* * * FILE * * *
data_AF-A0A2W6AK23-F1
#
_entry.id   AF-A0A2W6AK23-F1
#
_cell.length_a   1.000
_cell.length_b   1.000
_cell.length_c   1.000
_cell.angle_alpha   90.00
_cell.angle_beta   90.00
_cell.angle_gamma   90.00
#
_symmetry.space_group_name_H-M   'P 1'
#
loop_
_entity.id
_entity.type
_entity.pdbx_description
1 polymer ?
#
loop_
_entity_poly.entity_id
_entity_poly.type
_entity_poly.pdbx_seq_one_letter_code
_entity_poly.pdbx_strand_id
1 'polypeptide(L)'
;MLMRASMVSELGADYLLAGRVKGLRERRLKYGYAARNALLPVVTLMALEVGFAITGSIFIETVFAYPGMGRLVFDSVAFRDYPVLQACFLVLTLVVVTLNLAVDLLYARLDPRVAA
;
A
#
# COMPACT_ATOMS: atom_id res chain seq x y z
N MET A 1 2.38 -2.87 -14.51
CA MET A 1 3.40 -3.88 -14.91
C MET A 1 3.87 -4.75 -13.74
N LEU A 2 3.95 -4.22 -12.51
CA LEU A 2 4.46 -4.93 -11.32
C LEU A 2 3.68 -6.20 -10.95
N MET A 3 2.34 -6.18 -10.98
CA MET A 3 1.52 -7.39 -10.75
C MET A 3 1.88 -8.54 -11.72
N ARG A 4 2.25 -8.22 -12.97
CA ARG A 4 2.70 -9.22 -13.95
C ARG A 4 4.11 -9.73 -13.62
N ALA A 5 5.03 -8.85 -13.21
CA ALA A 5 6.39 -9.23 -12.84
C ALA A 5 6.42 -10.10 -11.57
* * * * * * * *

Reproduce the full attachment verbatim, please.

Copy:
data_AF-A0A2W6AK23-F1
#
_entry.id   AF-A0A2W6AK23-F1
#
_cell.length_a   1.000
_cell.length_b   1.000
_cell.length_c   1.000
_cell.angle_alpha   90.00
_cell.angle_beta   90.00
_cell.angle_gamma   90.00
#
_symmetry.space_group_name_H-M   'P 1'
#
loop_
_entity.id
_entity.type
_entity.pdbx_description
1 polymer ?
#
loop_
_entity_poly.entity_id
_entity_poly.type
_entity_poly.pdbx_seq_one_letter_code
_entity_poly.pdbx_strand_id
1 'polypeptide(L)'
;MLMRASMVSELGADYLLAGRVKGLRERRLKYGYAARNALLPVVTLMALEVGFAITGSIFIETVFAYPGMGRLVFDSVAFRDYPVLQACFLVLTLVVVTLNLAVDLLYARLDPRVAA
;
A
#
# COMPACT_ATOMS: atom_id res chain seq x y z
N MET A 1 2.38 -2.87 -14.51
CA MET A 1 3.40 -3.88 -14.91
C MET A 1 3.87 -4.75 -13.74
N LEU A 2 3.95 -4.22 -12.51
CA LEU A 2 4.46 -4.93 -11.32
C LEU A 2 3.68 -6.20 -10.95
N MET A 3 2.34 -6.18 -10.98
CA MET A 3 1.52 -7.39 -10.75
C MET A 3 1.88 -8.54 -11.72
N ARG A 4 2.25 -8.22 -12.97
CA ARG A 4 2.70 -9.22 -13.95
C ARG A 4 4.11 -9.73 -13.62
N ALA A 5 5.03 -8.85 -13.21
CA ALA A 5 6.39 -9.23 -12.84
C ALA A 5 6.42 -10.10 -11.57